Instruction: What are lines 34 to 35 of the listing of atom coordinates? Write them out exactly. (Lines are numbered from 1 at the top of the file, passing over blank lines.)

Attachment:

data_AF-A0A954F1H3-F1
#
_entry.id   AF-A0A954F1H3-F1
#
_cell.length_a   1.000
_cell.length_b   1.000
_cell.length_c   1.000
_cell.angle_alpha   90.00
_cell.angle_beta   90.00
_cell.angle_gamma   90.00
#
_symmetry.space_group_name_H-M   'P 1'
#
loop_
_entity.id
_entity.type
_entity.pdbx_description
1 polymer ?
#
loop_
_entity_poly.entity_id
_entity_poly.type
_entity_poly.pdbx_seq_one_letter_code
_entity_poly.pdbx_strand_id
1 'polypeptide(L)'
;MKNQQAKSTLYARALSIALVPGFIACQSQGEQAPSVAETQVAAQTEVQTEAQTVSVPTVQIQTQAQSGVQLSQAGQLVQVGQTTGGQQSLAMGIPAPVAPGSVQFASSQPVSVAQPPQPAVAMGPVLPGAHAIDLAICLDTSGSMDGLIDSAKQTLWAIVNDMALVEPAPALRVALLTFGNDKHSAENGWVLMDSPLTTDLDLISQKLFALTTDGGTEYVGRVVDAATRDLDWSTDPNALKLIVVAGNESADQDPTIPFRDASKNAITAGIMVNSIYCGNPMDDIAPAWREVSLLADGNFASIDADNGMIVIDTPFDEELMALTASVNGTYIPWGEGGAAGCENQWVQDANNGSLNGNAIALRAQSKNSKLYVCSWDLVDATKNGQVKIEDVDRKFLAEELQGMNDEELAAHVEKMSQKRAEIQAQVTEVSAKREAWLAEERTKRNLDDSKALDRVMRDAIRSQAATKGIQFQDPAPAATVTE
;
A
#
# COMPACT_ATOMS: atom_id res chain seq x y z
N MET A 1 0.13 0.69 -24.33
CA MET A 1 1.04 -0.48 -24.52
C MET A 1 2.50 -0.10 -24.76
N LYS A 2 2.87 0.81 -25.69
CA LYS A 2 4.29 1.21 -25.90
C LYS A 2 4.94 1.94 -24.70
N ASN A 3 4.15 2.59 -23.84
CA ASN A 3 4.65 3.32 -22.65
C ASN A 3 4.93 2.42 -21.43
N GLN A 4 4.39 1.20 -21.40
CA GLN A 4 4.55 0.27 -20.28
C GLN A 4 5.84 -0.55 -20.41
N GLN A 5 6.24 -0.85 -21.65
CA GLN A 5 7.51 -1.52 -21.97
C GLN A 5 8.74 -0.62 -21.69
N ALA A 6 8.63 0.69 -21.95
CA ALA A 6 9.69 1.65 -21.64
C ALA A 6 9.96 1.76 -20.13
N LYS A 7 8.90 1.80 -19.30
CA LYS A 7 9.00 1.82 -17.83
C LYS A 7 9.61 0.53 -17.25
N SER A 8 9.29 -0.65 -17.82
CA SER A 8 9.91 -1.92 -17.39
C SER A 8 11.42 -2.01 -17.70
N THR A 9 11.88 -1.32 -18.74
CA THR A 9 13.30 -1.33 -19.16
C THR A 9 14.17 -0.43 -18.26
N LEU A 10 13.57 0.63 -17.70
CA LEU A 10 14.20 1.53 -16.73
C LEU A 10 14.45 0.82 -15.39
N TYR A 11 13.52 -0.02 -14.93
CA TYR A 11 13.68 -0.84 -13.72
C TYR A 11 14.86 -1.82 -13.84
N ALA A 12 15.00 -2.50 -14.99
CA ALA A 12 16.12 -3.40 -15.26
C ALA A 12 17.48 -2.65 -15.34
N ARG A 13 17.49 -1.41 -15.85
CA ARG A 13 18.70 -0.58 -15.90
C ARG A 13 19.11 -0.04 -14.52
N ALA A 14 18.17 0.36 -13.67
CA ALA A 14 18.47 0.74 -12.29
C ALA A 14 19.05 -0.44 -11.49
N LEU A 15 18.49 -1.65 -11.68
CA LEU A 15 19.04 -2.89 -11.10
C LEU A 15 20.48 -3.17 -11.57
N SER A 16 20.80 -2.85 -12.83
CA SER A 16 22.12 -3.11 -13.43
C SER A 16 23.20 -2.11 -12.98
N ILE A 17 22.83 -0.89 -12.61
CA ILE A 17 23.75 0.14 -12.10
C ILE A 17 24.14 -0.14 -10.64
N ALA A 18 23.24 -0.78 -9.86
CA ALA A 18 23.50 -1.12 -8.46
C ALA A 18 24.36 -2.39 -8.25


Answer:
N LYS A 2 2.87 0.81 -25.69
CA LYS A 2 4.29 1.21 -25.90